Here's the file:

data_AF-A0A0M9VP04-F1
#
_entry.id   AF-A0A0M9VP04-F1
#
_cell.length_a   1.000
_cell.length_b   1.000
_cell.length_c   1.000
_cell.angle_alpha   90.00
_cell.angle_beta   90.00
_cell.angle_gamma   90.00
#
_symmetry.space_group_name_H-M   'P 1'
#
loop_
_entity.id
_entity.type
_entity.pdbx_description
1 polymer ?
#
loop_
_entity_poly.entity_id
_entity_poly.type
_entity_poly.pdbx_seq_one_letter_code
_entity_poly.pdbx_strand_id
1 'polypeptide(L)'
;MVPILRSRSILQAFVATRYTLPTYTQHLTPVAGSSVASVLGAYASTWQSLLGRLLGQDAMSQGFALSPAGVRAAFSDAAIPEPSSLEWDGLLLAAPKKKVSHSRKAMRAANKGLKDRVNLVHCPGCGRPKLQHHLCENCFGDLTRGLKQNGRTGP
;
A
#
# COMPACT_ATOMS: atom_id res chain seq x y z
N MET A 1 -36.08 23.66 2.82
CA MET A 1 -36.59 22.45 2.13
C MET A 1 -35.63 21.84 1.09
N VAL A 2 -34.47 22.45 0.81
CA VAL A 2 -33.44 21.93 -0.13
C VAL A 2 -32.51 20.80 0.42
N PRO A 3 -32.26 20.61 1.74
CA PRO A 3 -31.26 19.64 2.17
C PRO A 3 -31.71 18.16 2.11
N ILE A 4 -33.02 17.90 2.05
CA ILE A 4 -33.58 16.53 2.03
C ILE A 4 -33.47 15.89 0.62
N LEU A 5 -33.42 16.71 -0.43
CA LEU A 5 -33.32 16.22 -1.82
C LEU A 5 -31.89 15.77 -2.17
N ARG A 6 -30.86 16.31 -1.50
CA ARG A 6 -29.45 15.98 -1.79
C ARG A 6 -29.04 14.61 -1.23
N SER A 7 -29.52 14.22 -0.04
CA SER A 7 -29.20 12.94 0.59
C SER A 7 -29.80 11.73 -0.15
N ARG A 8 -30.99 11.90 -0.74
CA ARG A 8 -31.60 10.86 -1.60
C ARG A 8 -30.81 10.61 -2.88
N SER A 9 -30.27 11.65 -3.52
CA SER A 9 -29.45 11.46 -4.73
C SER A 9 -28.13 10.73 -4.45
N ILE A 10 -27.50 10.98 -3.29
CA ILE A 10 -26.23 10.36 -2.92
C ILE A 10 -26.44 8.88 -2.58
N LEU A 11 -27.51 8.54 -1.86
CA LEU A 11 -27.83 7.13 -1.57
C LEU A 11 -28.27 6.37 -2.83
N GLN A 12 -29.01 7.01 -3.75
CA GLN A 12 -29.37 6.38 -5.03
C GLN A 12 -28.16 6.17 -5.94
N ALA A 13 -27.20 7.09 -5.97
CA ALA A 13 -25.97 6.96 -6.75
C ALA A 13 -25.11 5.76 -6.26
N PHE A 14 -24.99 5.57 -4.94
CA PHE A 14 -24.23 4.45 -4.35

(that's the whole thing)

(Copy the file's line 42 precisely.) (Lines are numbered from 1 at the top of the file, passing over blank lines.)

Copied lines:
C ILE A 4 -33.47 15.89 0.62